Highland Park residents sorting through emotions, counting blessings three days after parade shooting

In downtown Highland Park, colored chalk brightened the drab pavement with messages of hope and resilience.

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A mourner bows his head at a memorial site at the corner of Central and St Johns avenues in downtown Highland Park, Wednesday evening, July 6, 2022. A gunman killed seven people and wounded dozens more by firing an AR-15-style rifle from a rooftop onto a crowd attending Highland Park’s Fourth of July parade.

A mourner bows his head at a memorial site at the corner of Central and St Johns avenues in downtown Highland Park on Wednesday.

Anthony Vazquez/Sun-Times

Carly Levin was in the parade and playing “You’re a Grand Old Flag” on her alto saxophone when the bullets came and people began to run for their lives.

The soon-to-be Highland Park High School sophomore didn’t drop her instrument.

“You’d think if I’m running and it’s an extra weight on me, why didn’t I take it off and get rid of it? The most important thing is getting to safety,” the 15-year-old said.

On Thursday, people in Highland Park were just beginning to pick apart the tangle of emotions and confusion wrought by the July Fourth parade shootings.

And as residents picked up the pieces of their lives, they came in droves to Highland Park High School to retrieve belongings discarded when the shooting began: folding chairs, water bottles, shoes, soggy American flag blankets.

At City Hall, items left lying on the front lawn included a sippy cup with spoiled milk inside and a book lying in the seat of a stroller: “Babies Love Valentines.”

Levin, 15, was with her mother, Alisha Levin, at the high school, where the FBI was helping people retrieve possessions left at the parade. Malachi, a comfort dog, was there too. Visitors young and old were encouraged to pet the golden retriever. Levin was there to meet up with other members of the high school marching band — and to talk to volunteer counselors.

“It’s hard to believe so many people died from one person who made an awful decision,” Carly Levin said. “And on top of that, it was just a block away from where I was standing.”

As she spoke, her mother, Alisha Levin, stood nearby, casting an anxious eye at the teenager. When the shots rang out, Carly Levin and the rest of the marching band had just passed out of view of her parents — prompting them to run toward the gunman in search of their daughter. The family escaped uninjured.

“It was good for her to be around people who had the same experience,” Alisha Levin said.

Carly Levin said she hadn’t seen the other band members all together since the shooting.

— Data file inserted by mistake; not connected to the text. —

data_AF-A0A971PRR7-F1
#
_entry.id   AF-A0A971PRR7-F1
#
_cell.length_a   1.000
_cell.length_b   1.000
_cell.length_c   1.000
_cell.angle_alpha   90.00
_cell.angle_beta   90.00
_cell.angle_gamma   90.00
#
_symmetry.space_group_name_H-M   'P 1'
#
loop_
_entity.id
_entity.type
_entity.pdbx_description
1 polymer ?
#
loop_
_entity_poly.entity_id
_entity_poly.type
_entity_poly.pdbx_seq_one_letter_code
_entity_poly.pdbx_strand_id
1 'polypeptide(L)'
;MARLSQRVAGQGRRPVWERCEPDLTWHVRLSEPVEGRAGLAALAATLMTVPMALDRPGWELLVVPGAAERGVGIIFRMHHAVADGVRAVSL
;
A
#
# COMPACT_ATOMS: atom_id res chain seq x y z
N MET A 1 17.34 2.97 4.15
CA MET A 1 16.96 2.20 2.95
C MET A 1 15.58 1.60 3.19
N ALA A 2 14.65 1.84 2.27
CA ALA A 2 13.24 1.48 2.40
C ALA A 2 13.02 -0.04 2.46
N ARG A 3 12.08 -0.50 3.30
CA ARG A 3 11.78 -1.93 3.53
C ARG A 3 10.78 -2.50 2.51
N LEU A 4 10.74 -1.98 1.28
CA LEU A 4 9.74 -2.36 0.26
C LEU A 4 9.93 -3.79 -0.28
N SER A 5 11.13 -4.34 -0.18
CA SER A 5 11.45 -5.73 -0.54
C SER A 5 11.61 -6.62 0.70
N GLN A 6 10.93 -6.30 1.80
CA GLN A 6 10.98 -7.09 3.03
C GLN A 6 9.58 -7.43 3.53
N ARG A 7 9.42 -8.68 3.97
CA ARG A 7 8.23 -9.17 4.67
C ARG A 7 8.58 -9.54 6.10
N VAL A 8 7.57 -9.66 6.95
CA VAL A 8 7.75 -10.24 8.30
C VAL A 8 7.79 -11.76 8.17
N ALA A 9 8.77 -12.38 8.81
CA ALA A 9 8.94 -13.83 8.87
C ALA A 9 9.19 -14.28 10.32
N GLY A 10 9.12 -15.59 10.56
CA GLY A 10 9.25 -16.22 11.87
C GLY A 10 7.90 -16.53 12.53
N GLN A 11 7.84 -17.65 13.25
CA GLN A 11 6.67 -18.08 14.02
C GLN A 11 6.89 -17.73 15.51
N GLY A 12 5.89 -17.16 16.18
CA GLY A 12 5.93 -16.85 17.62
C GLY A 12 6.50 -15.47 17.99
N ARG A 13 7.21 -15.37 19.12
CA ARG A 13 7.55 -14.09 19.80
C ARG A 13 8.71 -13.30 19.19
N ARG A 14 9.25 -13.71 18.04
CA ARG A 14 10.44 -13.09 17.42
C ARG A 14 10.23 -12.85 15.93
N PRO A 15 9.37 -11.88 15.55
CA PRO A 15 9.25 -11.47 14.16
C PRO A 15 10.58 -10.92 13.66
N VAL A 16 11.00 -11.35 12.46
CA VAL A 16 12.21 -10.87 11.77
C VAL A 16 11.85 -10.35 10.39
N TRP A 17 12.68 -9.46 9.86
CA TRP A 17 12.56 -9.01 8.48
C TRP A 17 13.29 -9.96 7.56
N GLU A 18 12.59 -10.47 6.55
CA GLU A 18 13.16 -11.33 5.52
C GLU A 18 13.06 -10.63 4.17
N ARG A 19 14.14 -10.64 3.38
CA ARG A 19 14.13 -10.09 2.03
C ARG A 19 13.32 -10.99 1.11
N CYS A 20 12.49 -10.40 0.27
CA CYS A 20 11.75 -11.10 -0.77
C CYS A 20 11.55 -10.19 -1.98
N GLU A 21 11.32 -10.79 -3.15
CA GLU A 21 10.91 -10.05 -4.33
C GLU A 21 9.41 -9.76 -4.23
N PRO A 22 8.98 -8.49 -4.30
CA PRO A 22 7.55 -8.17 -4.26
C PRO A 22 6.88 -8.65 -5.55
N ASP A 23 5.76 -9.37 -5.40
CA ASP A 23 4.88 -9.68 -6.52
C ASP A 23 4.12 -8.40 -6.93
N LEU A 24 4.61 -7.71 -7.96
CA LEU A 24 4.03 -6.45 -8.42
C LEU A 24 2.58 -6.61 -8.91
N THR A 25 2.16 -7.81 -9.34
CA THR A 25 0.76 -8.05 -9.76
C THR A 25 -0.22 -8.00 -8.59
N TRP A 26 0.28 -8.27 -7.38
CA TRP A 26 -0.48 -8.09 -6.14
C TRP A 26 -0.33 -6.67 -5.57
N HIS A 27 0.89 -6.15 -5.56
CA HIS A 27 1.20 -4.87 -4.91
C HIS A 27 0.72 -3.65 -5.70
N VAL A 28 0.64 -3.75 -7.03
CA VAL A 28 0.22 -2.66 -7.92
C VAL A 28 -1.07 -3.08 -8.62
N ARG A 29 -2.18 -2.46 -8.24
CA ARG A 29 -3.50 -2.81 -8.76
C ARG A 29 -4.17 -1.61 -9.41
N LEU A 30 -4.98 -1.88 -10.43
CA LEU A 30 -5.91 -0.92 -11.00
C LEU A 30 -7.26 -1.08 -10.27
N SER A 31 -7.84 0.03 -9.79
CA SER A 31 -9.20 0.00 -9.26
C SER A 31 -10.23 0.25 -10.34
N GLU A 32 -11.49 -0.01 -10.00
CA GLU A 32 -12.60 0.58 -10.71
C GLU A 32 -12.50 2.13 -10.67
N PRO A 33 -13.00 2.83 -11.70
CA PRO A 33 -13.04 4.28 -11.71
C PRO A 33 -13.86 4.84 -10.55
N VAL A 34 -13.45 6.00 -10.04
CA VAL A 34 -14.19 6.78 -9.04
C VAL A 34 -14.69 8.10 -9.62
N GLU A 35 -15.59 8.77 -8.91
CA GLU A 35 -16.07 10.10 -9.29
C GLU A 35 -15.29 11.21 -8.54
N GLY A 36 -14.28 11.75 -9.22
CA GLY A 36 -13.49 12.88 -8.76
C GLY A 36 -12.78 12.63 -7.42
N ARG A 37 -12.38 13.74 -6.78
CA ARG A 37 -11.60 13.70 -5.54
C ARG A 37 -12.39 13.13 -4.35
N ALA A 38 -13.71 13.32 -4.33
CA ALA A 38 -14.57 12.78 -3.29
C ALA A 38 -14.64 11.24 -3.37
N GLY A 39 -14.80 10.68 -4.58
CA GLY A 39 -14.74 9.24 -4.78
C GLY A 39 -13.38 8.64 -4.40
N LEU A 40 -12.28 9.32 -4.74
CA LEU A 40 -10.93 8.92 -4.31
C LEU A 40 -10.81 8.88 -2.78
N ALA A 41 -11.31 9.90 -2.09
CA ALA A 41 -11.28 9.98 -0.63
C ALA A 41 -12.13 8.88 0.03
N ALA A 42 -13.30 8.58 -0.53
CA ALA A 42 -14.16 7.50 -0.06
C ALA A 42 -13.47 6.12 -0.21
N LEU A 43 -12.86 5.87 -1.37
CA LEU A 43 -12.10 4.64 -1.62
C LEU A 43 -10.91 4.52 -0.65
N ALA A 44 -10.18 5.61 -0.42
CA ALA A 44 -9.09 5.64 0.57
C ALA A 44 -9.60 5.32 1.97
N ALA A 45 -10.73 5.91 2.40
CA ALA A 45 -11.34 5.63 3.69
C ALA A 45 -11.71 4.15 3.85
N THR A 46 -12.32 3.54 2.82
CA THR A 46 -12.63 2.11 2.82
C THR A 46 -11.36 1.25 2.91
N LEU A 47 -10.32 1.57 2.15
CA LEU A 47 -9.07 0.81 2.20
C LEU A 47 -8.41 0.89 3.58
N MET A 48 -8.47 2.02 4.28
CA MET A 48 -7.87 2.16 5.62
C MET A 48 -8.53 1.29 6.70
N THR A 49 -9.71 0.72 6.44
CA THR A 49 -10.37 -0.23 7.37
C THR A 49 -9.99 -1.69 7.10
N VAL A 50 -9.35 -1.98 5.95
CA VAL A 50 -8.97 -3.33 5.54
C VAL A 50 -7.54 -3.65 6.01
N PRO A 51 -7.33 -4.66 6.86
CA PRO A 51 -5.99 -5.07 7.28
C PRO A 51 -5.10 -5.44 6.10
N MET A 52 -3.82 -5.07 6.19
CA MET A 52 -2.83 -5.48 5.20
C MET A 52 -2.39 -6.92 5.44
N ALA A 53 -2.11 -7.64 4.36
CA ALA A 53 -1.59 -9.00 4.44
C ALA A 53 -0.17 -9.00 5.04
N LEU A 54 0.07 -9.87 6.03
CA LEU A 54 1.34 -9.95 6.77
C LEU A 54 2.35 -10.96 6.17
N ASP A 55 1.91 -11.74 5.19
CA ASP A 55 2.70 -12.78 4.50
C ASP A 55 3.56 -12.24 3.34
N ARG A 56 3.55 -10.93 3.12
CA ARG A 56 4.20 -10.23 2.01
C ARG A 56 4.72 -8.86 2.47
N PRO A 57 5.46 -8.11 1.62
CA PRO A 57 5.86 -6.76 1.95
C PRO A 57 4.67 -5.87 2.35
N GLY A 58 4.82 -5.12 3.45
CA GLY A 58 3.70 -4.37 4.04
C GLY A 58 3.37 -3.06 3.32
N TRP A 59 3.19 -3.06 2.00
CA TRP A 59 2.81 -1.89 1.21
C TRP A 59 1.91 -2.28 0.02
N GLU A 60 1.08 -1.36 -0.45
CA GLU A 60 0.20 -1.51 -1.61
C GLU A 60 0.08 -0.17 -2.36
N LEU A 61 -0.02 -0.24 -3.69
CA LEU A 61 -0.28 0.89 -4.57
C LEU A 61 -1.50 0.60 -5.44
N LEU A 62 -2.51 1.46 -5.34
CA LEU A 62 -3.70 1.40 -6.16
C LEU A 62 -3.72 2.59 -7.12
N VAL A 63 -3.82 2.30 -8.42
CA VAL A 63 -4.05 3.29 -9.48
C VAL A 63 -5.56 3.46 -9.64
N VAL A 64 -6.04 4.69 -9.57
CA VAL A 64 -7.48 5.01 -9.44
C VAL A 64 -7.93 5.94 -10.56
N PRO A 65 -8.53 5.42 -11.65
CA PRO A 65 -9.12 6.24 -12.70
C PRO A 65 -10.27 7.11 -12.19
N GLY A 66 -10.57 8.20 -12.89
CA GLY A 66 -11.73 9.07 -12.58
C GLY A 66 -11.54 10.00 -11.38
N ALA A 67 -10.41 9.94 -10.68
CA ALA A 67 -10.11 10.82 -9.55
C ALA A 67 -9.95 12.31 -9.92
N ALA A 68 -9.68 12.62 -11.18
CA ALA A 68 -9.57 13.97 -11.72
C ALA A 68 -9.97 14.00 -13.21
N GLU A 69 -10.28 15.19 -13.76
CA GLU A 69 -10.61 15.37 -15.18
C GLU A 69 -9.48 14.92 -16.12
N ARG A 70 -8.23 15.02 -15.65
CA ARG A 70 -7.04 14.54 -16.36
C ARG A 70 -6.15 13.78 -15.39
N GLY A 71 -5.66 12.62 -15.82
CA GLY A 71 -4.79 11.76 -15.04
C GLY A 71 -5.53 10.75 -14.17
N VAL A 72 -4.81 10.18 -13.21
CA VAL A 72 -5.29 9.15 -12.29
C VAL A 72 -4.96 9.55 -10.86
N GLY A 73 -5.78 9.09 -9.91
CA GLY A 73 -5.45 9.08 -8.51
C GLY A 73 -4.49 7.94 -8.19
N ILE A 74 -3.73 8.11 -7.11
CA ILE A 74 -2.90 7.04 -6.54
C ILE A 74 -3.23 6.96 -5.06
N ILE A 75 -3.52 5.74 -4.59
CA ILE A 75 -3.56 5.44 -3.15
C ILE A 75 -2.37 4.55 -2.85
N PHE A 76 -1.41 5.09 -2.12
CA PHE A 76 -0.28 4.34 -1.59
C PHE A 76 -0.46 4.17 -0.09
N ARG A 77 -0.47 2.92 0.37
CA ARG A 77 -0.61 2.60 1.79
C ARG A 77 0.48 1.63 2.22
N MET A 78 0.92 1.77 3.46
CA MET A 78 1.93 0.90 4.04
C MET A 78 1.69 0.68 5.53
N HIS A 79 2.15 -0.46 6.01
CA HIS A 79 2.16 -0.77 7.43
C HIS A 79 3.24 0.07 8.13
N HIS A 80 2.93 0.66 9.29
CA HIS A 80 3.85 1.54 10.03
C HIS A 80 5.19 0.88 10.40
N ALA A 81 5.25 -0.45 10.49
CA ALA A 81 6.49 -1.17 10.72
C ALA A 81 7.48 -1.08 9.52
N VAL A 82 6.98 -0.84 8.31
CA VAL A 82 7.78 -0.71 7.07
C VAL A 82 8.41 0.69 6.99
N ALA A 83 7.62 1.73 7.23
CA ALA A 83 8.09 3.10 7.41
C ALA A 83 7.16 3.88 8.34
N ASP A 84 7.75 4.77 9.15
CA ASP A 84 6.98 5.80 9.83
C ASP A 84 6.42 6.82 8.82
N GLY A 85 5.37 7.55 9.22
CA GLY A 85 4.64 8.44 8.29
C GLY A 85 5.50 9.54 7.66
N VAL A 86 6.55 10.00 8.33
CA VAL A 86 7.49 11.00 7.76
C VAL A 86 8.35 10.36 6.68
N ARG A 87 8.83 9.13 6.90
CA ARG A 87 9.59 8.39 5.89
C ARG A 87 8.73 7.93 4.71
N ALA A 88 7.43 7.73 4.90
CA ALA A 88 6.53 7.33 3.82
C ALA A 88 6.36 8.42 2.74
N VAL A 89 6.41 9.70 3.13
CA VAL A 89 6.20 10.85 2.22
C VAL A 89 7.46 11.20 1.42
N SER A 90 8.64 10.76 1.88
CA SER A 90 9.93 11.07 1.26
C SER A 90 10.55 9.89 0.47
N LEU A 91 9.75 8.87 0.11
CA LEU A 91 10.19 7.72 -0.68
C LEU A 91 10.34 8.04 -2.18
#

She said counselors had told her it was to be expected that she might not have been thinking logically as she fled. The instinct is to “run, just run,” she said she was told.

Levin said she never wants to play “You’re a Grand Old Flag” ever again. She won’t wear the T-shirt she was wearing that day either. She’ll keep the sheet music, though — as a reminder of a day she never wants to forget.

Josh Friedlander, 38, was at the high school Thursday to pick up his wife’s purse, as well as his two children’s scooters and helmets. He left disappointed. He and his family were a mere 20 feet from where the bullets struck. He was told that his possessions were still at the crime scene.

“It sucks,” Friedlander said. “We’re going on vacation [Friday] and don’t have her ID or wallet.”

Reporters were not allowed onto high school property.

Friedlander said there were “a lot of people crying” inside.

“We got really, really, really lucky,” he said of escaping without injury from the parade.

In downtown Highland Park, colored chalk brightened the drab pavement with messages of hope and resilience. “HP Strong” signs were posted in shop windows. An arc of flower bouquets continued to grow at the city’s Veterans Memorial Park. People came, bowed heads, said prayers. Some cried.

Gail Behun, 51, sat on a bench near the memorial, sipping a chai tea latte. She hadn’t been to the parade since she was 12 years old — when she got heat stroke.

“I’m a very resilient person,” Behun said. “I love this country. I’ve always been proud to be an American. But I’m so tired, ashamed, frustrated.”

Karen Kaplan, 59, was taking a walk with her grandson, Braeden Boton, who is 15 months old. As she held her grandson close, kissing his flyaway brown hair, she looked toward the memorial.

Kaplan wasn’t at the parade on Monday, but only because her grandson was taking a nap at the time.

“I would have been there and right in the middle of it,” she said. “So I’m grateful for this little guy.”

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